The SoCal wildfires claimed another victim this past weekend--the San Diego Triathlon Challenge. The half-Iron distance race was canceled mainly due to the poor air quality that has lingered in the San Diego area since the recent fires burned throughout the county. The race organizers were also hesitant to use city facilities, including police and emergency personnel, so soon after they were pushed to their limit while fighting the fires.
The SDTC is the main fundraiser for the Challenged Athletes Foundation, which benefits physically challenged athletes with equipment, coaching and race expenses. While volunteering for it last year I was struck with how much the idea of supporting the cause was interwoven into the fabric of the race. The challenged athletes competing were continuous sources of inspiration for fans, race volunteers and athletes.
Often, races will support a cause or organization, but these beneficiaries sometimes seem secondary to the competition. Unlike walks for breast cancer or the March of Dimes, most long-distance races tend to be focused on the actual race rather than the people it's trying to help. The SDTC was as much about supporting the Challenged Athletes Foundation as it was about providing a great venue for a half-Ironman.
The organization itself experienced a significant setback about a month ago when a fire burned a good amount of race-day equipment at the CAF warehouse and offices. It was a huge blow to the race organizers, but with the help of willing volunteers and donors, they were set to hold the 2007 edition. Until the wildfires.
Canceled races mean dashed hopes and unfulfilled seasons for many. They also hurt the goals of fundraising organizations that rely heavily on being present in people’s minds when they think about where to donate time and money. Here’s hoping 2008 will be a great bounce-back year for the Challenged Athletes Foundation and the many remarkable athletes it benefits.
The title of this blog is a term often used, in numerous incarnations, throughout the sports world to describe the will, determination and hard work that athletes conjure during their pursuits. We talk about fires in our heart, the heat of the moment and so on and so forth. This past weekend, the term took on new meaning for me.
Currently, the fires raging across Southern California have momentarily displaced over half a million people and will undoubtedly leave hundredsperhaps thousandspermanently without their home or possessions. One of the fires, the Witch Fire, began near the junction of route 78 and 79 around noon on Sunday, the 21st. Around nine o'clock that morning, my girlfriend Emmy and I were driving that same road, returning from a camping trip with the Tri Club of San Diego in Borrego Springs.
The trip included a 60-mile bike ride from the campground to the Salton Sea and back. It would be the longest single ride I'd ever done. Along with my co-workers Toby and Michelle, we started the ride in the early morning with the desert heat at around 80 degrees. The Santa Ana winds were just picking up.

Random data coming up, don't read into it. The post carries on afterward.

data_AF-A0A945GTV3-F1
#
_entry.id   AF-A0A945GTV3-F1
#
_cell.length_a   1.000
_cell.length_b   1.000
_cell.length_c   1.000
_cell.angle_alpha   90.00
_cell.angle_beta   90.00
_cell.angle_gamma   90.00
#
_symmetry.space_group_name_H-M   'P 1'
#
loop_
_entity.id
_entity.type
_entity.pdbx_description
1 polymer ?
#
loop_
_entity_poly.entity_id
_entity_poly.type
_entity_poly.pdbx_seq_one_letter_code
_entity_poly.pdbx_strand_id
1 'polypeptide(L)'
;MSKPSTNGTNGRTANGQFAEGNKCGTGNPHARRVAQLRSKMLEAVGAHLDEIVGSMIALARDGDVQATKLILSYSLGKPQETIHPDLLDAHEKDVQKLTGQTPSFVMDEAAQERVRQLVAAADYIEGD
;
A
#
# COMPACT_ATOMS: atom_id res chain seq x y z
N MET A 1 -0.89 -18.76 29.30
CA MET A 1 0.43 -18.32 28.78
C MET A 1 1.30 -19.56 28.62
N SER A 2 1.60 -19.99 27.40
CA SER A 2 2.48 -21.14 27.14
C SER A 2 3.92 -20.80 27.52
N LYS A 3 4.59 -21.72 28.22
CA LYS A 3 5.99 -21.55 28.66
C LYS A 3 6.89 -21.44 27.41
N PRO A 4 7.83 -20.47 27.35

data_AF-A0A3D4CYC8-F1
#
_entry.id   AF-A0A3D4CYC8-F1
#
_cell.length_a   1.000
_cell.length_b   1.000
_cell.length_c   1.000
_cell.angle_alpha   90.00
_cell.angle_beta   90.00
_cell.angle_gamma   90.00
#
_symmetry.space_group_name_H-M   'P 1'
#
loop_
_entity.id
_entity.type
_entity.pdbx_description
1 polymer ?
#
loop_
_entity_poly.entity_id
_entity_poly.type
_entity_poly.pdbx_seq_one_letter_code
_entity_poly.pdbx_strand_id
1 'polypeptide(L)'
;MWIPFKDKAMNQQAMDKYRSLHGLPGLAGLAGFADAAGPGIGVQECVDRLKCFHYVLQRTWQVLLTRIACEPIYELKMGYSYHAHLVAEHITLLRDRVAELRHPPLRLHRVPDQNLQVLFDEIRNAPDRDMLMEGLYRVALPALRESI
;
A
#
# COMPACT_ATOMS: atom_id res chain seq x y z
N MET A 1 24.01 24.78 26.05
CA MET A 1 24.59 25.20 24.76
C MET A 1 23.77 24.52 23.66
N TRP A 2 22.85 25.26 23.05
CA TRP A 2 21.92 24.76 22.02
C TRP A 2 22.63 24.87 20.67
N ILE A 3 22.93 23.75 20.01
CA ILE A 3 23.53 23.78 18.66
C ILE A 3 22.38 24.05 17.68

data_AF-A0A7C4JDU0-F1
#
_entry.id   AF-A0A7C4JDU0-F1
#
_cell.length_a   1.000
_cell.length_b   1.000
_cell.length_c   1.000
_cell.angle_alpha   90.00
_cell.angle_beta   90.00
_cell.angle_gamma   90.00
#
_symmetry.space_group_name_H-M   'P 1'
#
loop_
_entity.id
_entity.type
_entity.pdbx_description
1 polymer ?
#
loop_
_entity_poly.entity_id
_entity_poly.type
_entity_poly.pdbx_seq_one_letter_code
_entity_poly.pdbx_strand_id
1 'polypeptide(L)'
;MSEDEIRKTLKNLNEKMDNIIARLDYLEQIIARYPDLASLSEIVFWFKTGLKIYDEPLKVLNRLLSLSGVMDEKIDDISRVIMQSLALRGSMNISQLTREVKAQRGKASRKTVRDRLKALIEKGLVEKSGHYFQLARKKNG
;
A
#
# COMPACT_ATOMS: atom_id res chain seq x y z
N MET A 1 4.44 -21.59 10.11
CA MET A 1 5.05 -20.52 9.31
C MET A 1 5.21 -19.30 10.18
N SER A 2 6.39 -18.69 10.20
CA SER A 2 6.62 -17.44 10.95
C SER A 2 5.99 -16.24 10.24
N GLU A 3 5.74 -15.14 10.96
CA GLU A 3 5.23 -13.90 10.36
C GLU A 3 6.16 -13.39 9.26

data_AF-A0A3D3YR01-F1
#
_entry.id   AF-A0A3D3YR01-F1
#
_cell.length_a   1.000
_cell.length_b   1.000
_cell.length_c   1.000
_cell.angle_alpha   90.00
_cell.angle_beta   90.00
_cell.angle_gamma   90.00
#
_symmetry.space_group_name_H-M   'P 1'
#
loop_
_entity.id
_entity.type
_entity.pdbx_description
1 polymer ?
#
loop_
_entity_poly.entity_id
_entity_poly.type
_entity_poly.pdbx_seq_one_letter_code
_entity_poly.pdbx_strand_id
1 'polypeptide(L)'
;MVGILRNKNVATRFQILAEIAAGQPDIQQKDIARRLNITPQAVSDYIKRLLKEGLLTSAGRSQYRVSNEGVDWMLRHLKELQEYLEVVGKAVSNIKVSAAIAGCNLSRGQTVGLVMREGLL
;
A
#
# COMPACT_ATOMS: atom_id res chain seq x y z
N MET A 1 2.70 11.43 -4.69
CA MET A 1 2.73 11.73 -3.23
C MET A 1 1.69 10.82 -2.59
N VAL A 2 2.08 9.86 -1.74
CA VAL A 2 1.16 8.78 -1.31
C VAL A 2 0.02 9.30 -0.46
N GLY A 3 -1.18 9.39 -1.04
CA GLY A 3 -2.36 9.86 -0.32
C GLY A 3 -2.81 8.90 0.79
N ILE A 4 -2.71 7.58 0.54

Three hours later I was a mess. I was riding alone (I couldn't keep up with Toby, who's endurance gene needs to be bottled and sold. Michelle and Emmy, I would find out later, had given up 10 miles after the turnaround at the Salton Sea and been picked up by a SAG wagon.). I was bereft of fluids and down to my last pina colada Clif Shot Blok. The temperature was above 100 degrees, the windstailwinds on the way down to the Seabecame vicious headwinds on the (mostly uphill) return trip. The struggle to maintain 11 mph on the flats became the fight to hit 10, then 9. On uphills I began to get excited if I could hit 7 mph.
If it wasn't for Brian Long, Tri Club president, and Active co-worker Arch Fuston driving around filling up water bottles with ice water and Gatorade, I might have stopped, sat down and waited to get picked up. Instead, I took what I could and continued on, slowly, but determined. Something was fueling my fire.
I finally made it to the meeting spot, laid down on the grass for half an hour, then joined up with Toby to roll the final three miles back to camp. We were offered a ride back, but I refused. Again, I had to finish.
Now, as fires rage across San Diego County and footage of destroyed homes is on every TV station, I look back at the weekend and realize how silly my ordeal was. The winds that stymied me, the heat and low humidity that kept me gasping for water; they were gearing up for a more devastating performance.
With ash and smoke filling the air, it's incredibly difficult to exercise outdoors. In an area known as a hub for endurance athletes, this changes the landscape. Runners and cyclists are gone from the streets. Teams have canceled practices and games. And while the fires will eventually go out and fields will grow back, many consumed homes contained bikes, running shoes, baseball gloves and basketball hoops. Hundreds of active people are going to find that getting back in the game is going to be a lot harder than we can imagine. My prayers go out to them.